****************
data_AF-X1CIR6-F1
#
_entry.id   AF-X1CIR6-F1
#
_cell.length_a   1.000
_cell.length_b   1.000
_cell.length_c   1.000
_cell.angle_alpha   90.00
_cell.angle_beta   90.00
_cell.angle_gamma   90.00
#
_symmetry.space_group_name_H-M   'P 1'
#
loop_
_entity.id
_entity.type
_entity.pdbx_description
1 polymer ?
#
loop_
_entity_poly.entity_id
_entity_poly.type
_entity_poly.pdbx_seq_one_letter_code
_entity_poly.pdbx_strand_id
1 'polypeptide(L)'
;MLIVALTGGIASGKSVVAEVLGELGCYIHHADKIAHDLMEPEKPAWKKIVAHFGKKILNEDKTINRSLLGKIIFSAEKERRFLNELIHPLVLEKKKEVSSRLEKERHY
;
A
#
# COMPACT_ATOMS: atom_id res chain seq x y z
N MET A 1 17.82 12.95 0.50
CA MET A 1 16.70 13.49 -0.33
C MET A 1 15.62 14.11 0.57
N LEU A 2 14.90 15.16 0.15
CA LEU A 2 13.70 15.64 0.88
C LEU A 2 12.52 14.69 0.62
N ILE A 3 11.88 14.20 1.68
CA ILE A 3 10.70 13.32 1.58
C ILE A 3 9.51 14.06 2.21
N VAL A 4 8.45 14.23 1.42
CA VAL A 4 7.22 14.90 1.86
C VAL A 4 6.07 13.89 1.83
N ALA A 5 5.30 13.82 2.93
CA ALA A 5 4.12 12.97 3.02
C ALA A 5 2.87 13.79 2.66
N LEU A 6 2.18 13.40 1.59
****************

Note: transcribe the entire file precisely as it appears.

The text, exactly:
data_AF-X1CIR6-F1
#
_entry.id   AF-X1CIR6-F1
#
_cell.length_a   1.000
_cell.length_b   1.000
_cell.length_c   1.000
_cell.angle_alpha   90.00
_cell.angle_beta   90.00
_cell.angle_gamma   90.00
#
_symmetry.space_group_name_H-M   'P 1'
#
loop_
_entity.id
_entity.type
_entity.pdbx_description
1 polymer ?
#
loop_
_entity_poly.entity_id
_entity_poly.type
_entity_poly.pdbx_seq_one_letter_code
_entity_poly.pdbx_strand_id
1 'polypeptide(L)'
;MLIVALTGGIASGKSVVAEVLGELGCYIHHADKIAHDLMEPEKPAWKKIVAHFGKKILNEDKTINRSLLGKIIFSAEKERRFLNELIHPLVLEKKKEVSSRLEKERHY
;
A
#
# COMPACT_ATOMS: atom_id res chain seq x y z
N MET A 1 17.82 12.95 0.50
CA MET A 1 16.70 13.49 -0.33
C MET A 1 15.62 14.11 0.57
N LEU A 2 14.90 15.16 0.15
CA LEU A 2 13.70 15.64 0.88
C LEU A 2 12.52 14.69 0.62
N ILE A 3 11.88 14.20 1.68
CA ILE A 3 10.70 13.32 1.58
C ILE A 3 9.51 14.06 2.21
N VAL A 4 8.45 14.23 1.42
CA VAL A 4 7.22 14.90 1.86
C VAL A 4 6.07 13.89 1.83
N ALA A 5 5.30 13.82 2.93
CA ALA A 5 4.12 12.97 3.02
C ALA A 5 2.87 13.79 2.66
N LEU A 6 2.18 13.40 1.59